This resistant bacteria has been the cause of an additional burden on our health care system to the tune of 4 to 5 billion dollars annually. Of roughly 2.4 million Campylobacter infections in the U.S., nearly half of these have been found to be resistant to at least one antibiotic. Nearly 14 percent of these are resistant to at least two or more drugs.
Ann Louise Gittleman, PhD., C.N.S. (author of Nutrition With A Mission and The Fast Track Detox Diet) says that when you eat a large amount of protein and cheese from conventionally-raised animals, you are taking into your body secondhand antibiotics from those animals – and that those drugs basically kill off your body’s store of friendly bacteria (stored in your digestive tract which houses your immune system), making you vulnerable to disease and illness. Without these good bacteria, you cannot digest vitamins, eliminate toxins, nor absorb fiber. When your body is depleted of this flora, you are at risk for developing diseases such as cirrhosis of the liver, diabetes, candida, irritable bowel, and many others.
The vegetarian argument against eating meat
Vegetarians and vegans alike will site the presence of antibiotics in meat as a good reason to avoid eating it. There are a variety of other reasons vegetarians offer against meat eating as well. But the rationale behind avoiding meat fails to take into account the fact that good, naturally-raised meats are available which do not have these health risks and should be eaten in order to maintain health. If all you are eating is factory-raised meat, then there are certainly many reasons why that variety is harmful to health and should be avoided.
For more information about healthy meat, read:
Fruits and vegetables are not exempt
Conventionally produced produce is can also be exposed to antibiotics. When farmers use fertilizer from animals that are administered antibiotics, those substances are transferred to the growing fruits and vegetables.
The Journal of Environmental Quality released a report in 2005 ( published in New Standard News) that three test crops – corn, green onions and cabbage were found to absorb chlortetracycline through the soil in which they are grown. “The drug, which is part of the tetracycline class of antibiotics, is often administered to pigs and other farmed animals as part of their food. Since the animals cannot process all of the drug, it is passed along in feces, which are then packaged and sold for use as fertilizer.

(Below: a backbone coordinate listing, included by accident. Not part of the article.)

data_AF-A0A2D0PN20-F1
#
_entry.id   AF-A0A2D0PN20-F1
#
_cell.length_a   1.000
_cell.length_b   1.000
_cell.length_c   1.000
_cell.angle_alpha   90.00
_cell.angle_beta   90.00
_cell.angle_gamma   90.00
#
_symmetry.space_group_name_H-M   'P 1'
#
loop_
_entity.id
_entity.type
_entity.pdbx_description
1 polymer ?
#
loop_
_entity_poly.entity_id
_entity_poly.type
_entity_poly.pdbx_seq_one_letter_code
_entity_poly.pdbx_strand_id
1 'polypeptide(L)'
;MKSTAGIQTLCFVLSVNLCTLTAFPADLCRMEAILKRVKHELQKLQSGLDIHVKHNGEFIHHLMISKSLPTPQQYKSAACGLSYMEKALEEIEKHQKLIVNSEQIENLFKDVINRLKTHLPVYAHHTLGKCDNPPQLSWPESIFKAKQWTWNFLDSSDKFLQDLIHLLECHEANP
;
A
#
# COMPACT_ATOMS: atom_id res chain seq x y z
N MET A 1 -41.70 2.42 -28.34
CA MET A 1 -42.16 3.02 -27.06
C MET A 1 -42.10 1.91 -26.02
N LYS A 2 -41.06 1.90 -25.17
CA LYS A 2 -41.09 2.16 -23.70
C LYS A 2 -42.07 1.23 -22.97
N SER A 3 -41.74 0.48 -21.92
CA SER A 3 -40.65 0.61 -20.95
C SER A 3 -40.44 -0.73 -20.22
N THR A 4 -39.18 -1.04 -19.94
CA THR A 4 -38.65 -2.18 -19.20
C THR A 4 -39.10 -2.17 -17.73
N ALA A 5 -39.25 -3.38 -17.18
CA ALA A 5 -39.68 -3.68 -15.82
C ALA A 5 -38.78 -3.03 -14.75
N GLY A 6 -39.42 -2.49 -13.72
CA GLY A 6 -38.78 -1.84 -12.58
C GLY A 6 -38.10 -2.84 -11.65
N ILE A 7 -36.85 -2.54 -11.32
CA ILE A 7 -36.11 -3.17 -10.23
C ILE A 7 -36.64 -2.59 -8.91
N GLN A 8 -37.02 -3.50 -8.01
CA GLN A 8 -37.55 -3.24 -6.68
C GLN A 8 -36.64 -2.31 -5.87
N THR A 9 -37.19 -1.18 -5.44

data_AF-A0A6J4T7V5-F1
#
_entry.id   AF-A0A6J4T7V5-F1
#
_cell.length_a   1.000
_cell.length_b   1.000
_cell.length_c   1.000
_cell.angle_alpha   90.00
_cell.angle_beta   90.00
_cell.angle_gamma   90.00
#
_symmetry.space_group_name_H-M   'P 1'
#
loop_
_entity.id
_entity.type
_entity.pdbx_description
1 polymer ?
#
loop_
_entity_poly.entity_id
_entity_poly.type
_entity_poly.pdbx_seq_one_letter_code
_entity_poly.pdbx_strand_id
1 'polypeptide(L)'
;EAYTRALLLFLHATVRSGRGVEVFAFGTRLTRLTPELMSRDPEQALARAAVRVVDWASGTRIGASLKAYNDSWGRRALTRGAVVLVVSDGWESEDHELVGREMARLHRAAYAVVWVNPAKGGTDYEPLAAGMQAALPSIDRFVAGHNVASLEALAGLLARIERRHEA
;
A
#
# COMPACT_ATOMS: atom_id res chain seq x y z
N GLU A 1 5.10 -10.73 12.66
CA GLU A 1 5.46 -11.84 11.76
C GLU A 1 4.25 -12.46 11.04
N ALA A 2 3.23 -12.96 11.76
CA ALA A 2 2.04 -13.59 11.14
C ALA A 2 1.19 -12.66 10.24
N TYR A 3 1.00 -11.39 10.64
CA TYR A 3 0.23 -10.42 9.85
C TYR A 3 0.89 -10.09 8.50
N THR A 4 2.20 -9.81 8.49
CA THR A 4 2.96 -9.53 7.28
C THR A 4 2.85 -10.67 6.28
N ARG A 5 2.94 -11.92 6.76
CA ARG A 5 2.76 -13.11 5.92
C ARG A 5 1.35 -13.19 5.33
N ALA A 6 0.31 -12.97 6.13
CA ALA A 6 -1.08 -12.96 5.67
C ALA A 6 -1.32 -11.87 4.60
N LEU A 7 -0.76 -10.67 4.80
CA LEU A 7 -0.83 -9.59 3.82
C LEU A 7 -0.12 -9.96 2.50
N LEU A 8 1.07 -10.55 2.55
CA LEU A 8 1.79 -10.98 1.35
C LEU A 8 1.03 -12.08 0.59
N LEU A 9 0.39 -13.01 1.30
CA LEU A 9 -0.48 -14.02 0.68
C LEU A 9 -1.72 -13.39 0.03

Earlier studies examining the use of antibiotics in animal feed found that their presence can kill or stunt plant growth. The overuse of antibiotics can also contribute to antibiotic-resistant bacteria and germ strains”.
What can you do to avoid antibiotics?
Maintain a healthy diet: avoid ALL conventionally-raised meats, dairy products, and produce! Here is a list of things to eat:
- Organic, grass-fed meats (beef, lamb, pork, and game) and pasture-raised poultry, eggs from pasture-raised poultry
- Organic, fresh fruits and vegetables
- Organically-sourced, healthy fats like extra virgin coconut and olive oil, palm oils, flax seed oil, real dairy products – milk butter, cheese, and cream – from pasture-raised cows
- Organic raw nuts and seeds
- True whole, organic grains that are sprouted and soaked
- Home-made fermented foods like yogurt, sauerkraut, kefir, and lacto-fermented vegetables
If you maintain a healthy lifestyle and find yourself becoming sick, try natural treatments first before rushing to out for prescription drugs and other medications. Be willing to try several things before going on to pharmaceutical intervention – each person’s body is individual, and a one-size-fits all treatment plan simply won’t work for everyone.
Here is a short list of useful and powerful treatments for various ailments: colloidal silver, oil of oregano, raw, unpasteurized apple cider vinegar, coconut oil, aloe vera juice or gel, and a variety of many different herbs and plants. Seek the guidance of a knowledgeable health care practioner who can guide you through treatment to maximize your dollar and minimize time you spend getting well.
This article is posted on Kelly The Kitchen Kop’s Real Food Wednesdays Carnival. Please take a look at all the other great real food articles posted there.